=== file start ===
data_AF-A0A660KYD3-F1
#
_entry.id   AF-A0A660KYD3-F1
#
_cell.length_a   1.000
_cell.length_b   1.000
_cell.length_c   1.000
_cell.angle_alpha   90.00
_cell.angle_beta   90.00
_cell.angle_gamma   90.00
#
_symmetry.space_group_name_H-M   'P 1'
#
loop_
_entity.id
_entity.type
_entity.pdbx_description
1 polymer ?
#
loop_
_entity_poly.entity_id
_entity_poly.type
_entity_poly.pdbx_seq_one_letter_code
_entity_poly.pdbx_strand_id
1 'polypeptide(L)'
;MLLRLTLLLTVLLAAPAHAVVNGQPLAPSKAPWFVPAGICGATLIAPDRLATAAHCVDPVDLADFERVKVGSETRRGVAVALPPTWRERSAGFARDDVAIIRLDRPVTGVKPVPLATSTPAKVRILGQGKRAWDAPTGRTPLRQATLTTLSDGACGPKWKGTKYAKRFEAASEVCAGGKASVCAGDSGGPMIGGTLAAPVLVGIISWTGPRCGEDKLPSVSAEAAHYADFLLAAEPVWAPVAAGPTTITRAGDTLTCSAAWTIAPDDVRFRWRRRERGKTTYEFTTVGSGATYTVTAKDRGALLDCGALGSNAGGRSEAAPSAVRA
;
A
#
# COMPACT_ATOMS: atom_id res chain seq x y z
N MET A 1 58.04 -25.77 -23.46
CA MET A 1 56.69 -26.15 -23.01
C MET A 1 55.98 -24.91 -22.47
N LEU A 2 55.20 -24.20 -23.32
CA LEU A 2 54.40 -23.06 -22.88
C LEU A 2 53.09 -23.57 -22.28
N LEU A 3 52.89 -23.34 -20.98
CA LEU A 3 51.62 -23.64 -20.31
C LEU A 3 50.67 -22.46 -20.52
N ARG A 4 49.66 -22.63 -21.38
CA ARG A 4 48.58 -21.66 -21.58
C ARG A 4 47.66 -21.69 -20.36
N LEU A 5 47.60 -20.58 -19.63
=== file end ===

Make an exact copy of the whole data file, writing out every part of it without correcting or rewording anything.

data_AF-A0A660KYD3-F1
#
_entry.id   AF-A0A660KYD3-F1
#
_cell.length_a   1.000
_cell.length_b   1.000
_cell.length_c   1.000
_cell.angle_alpha   90.00
_cell.angle_beta   90.00
_cell.angle_gamma   90.00
#
_symmetry.space_group_name_H-M   'P 1'
#
loop_
_entity.id
_entity.type
_entity.pdbx_description
1 polymer ?
#
loop_
_entity_poly.entity_id
_entity_poly.type
_entity_poly.pdbx_seq_one_letter_code
_entity_poly.pdbx_strand_id
1 'polypeptide(L)'
;MLLRLTLLLTVLLAAPAHAVVNGQPLAPSKAPWFVPAGICGATLIAPDRLATAAHCVDPVDLADFERVKVGSETRRGVAVALPPTWRERSAGFARDDVAIIRLDRPVTGVKPVPLATSTPAKVRILGQGKRAWDAPTGRTPLRQATLTTLSDGACGPKWKGTKYAKRFEAASEVCAGGKASVCAGDSGGPMIGGTLAAPVLVGIISWTGPRCGEDKLPSVSAEAAHYADFLLAAEPVWAPVAAGPTTITRAGDTLTCSAAWTIAPDDVRFRWRRRERGKTTYEFTTVGSGATYTVTAKDRGALLDCGALGSNAGGRSEAAPSAVRA
;
A
#
# COMPACT_ATOMS: atom_id res chain seq x y z
N MET A 1 58.04 -25.77 -23.46
CA MET A 1 56.69 -26.15 -23.01
C MET A 1 55.98 -24.91 -22.47
N LEU A 2 55.20 -24.20 -23.32
CA LEU A 2 54.40 -23.06 -22.88
C LEU A 2 53.09 -23.57 -22.28
N LEU A 3 52.89 -23.34 -20.98
CA LEU A 3 51.62 -23.64 -20.31
C LEU A 3 50.67 -22.46 -20.52
N ARG A 4 49.66 -22.63 -21.38
CA ARG A 4 48.58 -21.66 -21.58
C ARG A 4 47.66 -21.69 -20.36
N LEU A 5 47.60 -20.58 -19.63